In Pakistan studies, the role of migration in development has been largely ignored. That is surprising since in many respects the country’s experience in this area is unique in the world. In my forthcoming edited volume, Pakistan at 70, I have used the counterfactual approach to highlight the importance of migration in the country’s history. In that work I have asked and attempted to answer a number of ‘What If?’ questions. Before getting to the role of migration in the country’s development, I will set the stage by asking another ‘What If?’ question. For instance, Pakistan would not have gone through so much political uncertainty and turmoil had Liaquat Ali Khan, the country’s first prime minister, not been assassinated after he had been in office for only a bit more than four years. On the other hand, Jawaharlal Nehru, Liaquat Ali Khan’s Indian counterpart, was to govern for 17 uninterrupted years. During this period, he was able to give his country a Constitution and place India on an economic path that left a deep impression on his country.
The counterfactual I am concerned with today is the consequence of the unexpected arrival of eight million Muslim refugees from India in the months immediately after the partition of British India and emergence of India and Pakistan as independent states. Five millions of these were from the part of the province of Punjab that was now with India. They were easily absorbed in west Punjab. About three million of them headed towards Karachi and cities in southern Sindh for the simple reason that the former city was selected to be Pakistan’s first capital. Religion was the only thing these people shared with those amongst whom they settled. In all other respects they were different.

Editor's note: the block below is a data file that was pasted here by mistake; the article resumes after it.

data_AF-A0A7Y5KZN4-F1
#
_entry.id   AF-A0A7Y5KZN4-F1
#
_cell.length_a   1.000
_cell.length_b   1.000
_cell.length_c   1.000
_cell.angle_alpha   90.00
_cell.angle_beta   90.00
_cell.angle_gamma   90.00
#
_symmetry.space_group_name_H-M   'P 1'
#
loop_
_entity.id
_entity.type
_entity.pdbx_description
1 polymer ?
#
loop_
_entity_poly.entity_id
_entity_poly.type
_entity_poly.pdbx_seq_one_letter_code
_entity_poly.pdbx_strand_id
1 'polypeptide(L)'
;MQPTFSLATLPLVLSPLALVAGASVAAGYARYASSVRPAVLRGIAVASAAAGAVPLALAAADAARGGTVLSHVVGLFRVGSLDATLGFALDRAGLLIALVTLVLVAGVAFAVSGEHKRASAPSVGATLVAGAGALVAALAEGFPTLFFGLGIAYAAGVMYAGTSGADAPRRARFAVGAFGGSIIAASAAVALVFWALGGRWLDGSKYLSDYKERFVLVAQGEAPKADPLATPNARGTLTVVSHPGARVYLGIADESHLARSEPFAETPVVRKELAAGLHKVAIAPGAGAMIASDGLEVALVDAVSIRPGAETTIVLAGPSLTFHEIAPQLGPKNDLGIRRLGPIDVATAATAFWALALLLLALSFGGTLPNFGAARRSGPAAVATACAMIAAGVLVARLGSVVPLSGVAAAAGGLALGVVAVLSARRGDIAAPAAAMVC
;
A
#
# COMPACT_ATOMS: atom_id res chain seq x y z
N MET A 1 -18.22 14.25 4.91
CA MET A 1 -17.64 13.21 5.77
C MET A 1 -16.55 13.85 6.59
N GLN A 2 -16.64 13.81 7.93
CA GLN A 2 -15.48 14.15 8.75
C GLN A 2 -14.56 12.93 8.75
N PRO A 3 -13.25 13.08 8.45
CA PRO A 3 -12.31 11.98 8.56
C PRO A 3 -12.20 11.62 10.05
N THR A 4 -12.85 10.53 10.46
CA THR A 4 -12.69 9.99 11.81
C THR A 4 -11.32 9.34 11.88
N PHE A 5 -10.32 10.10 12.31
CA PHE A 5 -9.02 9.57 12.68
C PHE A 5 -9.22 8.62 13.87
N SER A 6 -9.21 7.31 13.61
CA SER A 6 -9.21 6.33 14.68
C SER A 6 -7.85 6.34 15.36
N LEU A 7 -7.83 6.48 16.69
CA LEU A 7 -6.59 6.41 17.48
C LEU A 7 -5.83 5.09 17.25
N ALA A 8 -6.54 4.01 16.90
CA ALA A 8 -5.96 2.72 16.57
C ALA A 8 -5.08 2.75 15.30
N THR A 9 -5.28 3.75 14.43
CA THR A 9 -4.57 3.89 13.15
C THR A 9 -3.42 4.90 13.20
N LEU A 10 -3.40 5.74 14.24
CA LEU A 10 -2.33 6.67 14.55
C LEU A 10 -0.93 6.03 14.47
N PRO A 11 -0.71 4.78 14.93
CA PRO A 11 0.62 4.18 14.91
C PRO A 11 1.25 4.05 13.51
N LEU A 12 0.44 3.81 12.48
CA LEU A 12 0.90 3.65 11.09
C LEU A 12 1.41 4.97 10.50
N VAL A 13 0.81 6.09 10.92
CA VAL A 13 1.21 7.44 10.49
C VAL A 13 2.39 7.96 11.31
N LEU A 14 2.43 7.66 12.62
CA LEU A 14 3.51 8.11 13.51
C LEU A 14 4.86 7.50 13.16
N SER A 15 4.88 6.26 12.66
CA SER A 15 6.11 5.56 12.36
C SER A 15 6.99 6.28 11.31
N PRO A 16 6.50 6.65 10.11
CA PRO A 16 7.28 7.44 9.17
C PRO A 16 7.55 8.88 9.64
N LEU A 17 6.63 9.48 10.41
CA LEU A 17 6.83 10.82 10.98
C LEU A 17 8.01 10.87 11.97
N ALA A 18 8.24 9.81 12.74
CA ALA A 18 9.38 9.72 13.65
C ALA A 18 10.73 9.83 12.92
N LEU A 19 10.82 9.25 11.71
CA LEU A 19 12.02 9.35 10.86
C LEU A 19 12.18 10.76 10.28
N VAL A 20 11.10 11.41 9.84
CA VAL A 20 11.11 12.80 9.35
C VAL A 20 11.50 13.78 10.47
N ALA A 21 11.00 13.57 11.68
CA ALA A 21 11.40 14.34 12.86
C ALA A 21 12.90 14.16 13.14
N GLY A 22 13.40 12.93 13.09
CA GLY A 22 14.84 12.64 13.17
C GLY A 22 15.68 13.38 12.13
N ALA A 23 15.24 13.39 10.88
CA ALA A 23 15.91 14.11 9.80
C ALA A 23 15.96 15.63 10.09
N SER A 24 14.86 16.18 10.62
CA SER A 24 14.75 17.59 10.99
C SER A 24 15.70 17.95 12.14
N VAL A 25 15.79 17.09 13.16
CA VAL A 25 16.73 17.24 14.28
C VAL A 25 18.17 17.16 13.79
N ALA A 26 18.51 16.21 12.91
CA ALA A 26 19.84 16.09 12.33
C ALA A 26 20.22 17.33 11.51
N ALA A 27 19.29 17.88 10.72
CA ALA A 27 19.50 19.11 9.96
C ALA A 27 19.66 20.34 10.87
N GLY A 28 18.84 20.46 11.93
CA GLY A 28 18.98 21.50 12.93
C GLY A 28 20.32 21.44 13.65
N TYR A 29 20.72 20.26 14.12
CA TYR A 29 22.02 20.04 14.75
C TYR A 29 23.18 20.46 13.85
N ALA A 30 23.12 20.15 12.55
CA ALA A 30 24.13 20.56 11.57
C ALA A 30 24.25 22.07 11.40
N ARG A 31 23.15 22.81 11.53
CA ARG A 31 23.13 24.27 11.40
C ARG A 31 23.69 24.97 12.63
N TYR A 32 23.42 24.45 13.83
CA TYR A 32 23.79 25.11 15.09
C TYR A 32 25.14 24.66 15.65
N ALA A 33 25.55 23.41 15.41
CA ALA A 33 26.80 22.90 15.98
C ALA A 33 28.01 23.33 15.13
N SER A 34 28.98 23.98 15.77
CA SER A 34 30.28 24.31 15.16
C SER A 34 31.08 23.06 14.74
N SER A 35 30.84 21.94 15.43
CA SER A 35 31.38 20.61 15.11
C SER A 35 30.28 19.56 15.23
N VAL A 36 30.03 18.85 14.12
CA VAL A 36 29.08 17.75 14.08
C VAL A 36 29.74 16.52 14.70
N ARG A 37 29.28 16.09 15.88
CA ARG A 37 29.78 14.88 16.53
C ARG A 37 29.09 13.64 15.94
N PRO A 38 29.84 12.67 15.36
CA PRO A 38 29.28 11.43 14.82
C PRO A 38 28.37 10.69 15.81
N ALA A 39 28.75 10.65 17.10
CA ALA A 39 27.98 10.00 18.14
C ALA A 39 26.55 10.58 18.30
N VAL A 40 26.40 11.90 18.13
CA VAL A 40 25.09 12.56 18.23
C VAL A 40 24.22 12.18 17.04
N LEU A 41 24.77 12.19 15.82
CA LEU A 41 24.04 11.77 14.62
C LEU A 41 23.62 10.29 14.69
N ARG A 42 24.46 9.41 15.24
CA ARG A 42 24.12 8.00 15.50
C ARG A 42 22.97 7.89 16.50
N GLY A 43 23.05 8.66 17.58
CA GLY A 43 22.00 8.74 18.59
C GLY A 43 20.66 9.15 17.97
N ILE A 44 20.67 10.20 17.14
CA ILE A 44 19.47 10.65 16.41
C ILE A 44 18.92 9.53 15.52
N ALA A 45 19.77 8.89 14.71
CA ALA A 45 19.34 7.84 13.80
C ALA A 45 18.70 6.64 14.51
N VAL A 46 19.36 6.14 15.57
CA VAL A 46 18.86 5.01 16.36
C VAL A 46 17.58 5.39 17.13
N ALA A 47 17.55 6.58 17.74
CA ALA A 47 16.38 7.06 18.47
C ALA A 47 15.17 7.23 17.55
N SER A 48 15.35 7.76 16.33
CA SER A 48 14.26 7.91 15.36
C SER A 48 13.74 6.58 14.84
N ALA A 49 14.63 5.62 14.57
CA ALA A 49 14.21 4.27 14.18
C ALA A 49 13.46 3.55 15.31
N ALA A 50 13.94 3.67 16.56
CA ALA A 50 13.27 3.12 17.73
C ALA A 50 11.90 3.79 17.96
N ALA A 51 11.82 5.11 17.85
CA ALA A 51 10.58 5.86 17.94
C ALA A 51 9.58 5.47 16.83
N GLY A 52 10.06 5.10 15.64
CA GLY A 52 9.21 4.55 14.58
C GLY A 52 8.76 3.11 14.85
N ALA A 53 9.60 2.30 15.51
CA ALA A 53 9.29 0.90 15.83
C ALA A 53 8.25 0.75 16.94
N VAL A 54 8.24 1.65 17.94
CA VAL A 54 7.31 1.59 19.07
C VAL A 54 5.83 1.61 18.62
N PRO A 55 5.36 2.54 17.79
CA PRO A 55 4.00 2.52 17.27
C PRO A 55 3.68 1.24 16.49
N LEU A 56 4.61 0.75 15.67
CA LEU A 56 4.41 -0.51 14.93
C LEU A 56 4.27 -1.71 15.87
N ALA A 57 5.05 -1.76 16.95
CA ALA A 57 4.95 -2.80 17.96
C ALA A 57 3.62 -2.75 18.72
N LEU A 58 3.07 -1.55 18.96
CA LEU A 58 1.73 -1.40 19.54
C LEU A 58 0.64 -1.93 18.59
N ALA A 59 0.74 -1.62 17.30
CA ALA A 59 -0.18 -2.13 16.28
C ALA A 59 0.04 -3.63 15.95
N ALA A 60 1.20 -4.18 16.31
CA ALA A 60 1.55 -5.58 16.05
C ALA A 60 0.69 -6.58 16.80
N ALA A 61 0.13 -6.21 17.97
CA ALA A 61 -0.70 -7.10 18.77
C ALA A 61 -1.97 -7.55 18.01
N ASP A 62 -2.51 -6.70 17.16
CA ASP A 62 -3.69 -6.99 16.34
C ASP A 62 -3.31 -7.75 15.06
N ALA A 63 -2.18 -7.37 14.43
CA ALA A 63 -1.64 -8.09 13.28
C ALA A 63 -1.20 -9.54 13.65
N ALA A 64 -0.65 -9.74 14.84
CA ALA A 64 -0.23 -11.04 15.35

The migrants spoke Urdu while the language of the native population of Karachi and southern part of the province of Sindh was Sindhi. Those who came to Karachi were from the urban parts of India and were thus engaged in urban economic activities. Their politics was also urban. On the other hand, Karachi’s native population had strong ties with the countryside. In that part of the province, large landlords (waderas), each owning tens of thousands of acres, were the total rulers. The peasantry over which they governed was more like slaves. This fact was noticed by the former US president Barack Obama when, as a young man, he visited Sindh in the company of a couple of Pakistani friends he had met during his student days.
Had the capital been located in some other part of Pakistan — say in Punjab’s northern area which is where it eventually went — Karachi would not have developed the way it did. Urdu-speaking refugees from India then would have gone to northern Punjab. The province of Sindh would not have become two parts; Karachi and Hyderabad dominated by the refugees and the culture they brought with them and the wadera-dominated rural areas. Not finding a political home in Sindh, the refugees decided to establish their own political group. This was initially called the Muhajir Qaumi Movement and got to be known by its acronym, the MQM. This party continues to dominate the politics and economics of Karachi while the Pakistan Peoples Party (PPP) holds sway over rural Sindh. In spite of the many efforts made to bring together these two political movements, they have remained separate with very distinct interests.